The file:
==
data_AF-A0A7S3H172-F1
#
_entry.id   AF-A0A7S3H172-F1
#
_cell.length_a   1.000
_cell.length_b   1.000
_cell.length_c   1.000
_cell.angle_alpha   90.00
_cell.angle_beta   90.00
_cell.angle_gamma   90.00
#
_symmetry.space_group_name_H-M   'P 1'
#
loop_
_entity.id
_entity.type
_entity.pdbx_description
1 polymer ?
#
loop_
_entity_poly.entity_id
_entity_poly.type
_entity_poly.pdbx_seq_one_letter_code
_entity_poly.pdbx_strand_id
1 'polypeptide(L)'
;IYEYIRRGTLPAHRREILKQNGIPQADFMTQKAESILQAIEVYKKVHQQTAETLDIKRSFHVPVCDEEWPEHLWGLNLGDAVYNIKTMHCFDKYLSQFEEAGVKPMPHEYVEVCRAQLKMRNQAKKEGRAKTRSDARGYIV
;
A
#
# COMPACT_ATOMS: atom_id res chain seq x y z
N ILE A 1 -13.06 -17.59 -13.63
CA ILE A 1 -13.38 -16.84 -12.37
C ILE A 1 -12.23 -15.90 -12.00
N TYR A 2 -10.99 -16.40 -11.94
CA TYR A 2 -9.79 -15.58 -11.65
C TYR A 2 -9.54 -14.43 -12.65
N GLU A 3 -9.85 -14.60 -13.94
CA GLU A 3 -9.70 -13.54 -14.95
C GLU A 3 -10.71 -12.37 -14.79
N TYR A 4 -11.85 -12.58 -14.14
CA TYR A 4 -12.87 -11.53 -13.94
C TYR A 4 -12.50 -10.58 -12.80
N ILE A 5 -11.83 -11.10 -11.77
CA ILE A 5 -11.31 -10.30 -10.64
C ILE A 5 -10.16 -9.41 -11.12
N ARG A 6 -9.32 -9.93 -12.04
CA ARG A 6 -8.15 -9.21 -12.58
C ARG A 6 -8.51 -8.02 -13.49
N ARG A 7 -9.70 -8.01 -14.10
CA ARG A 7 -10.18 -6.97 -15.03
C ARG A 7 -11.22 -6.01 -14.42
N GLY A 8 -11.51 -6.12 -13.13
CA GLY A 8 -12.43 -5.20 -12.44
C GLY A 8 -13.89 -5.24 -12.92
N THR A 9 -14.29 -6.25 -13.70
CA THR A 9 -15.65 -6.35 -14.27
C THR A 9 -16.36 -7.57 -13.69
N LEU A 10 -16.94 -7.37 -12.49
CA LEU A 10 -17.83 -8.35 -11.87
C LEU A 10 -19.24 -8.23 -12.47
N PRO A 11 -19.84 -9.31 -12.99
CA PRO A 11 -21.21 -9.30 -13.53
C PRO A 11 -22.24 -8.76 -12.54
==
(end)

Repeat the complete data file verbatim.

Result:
data_AF-A0A7S3H172-F1
#
_entry.id   AF-A0A7S3H172-F1
#
_cell.length_a   1.000
_cell.length_b   1.000
_cell.length_c   1.000
_cell.angle_alpha   90.00
_cell.angle_beta   90.00
_cell.angle_gamma   90.00
#
_symmetry.space_group_name_H-M   'P 1'
#
loop_
_entity.id
_entity.type
_entity.pdbx_description
1 polymer ?
#
loop_
_entity_poly.entity_id
_entity_poly.type
_entity_poly.pdbx_seq_one_letter_code
_entity_poly.pdbx_strand_id
1 'polypeptide(L)'
;IYEYIRRGTLPAHRREILKQNGIPQADFMTQKAESILQAIEVYKKVHQQTAETLDIKRSFHVPVCDEEWPEHLWGLNLGDAVYNIKTMHCFDKYLSQFEEAGVKPMPHEYVEVCRAQLKMRNQAKKEGRAKTRSDARGYIV
;
A
#
# COMPACT_ATOMS: atom_id res chain seq x y z
N ILE A 1 -13.06 -17.59 -13.63
CA ILE A 1 -13.38 -16.84 -12.37
C ILE A 1 -12.23 -15.90 -12.00
N TYR A 2 -10.99 -16.40 -11.94
CA TYR A 2 -9.79 -15.58 -11.65
C TYR A 2 -9.54 -14.43 -12.65
N GLU A 3 -9.85 -14.60 -13.94
CA GLU A 3 -9.70 -13.54 -14.95
C GLU A 3 -10.71 -12.37 -14.79
N TYR A 4 -11.85 -12.58 -14.14
CA TYR A 4 -12.87 -11.53 -13.94
C TYR A 4 -12.50 -10.58 -12.80
N ILE A 5 -11.83 -11.10 -11.77
CA ILE A 5 -11.31 -10.30 -10.64
C ILE A 5 -10.16 -9.41 -11.12
N ARG A 6 -9.32 -9.93 -12.04
CA ARG A 6 -8.15 -9.21 -12.58
C ARG A 6 -8.51 -8.02 -13.49
N ARG A 7 -9.70 -8.01 -14.10
CA ARG A 7 -10.18 -6.97 -15.03
C ARG A 7 -11.22 -6.01 -14.42
N GLY A 8 -11.51 -6.12 -13.13
CA GLY A 8 -12.43 -5.20 -12.44
C GLY A 8 -13.89 -5.24 -12.92
N THR A 9 -14.29 -6.25 -13.70
CA THR A 9 -15.65 -6.35 -14.27
C THR A 9 -16.36 -7.57 -13.69
N LEU A 10 -16.94 -7.37 -12.49
CA LEU A 10 -17.83 -8.35 -11.87
C LEU A 10 -19.24 -8.23 -12.47
N PRO A 11 -19.84 -9.31 -12.99
CA PRO A 11 -21.21 -9.30 -13.53
C PRO A 11 -22.24 -8.76 -12.54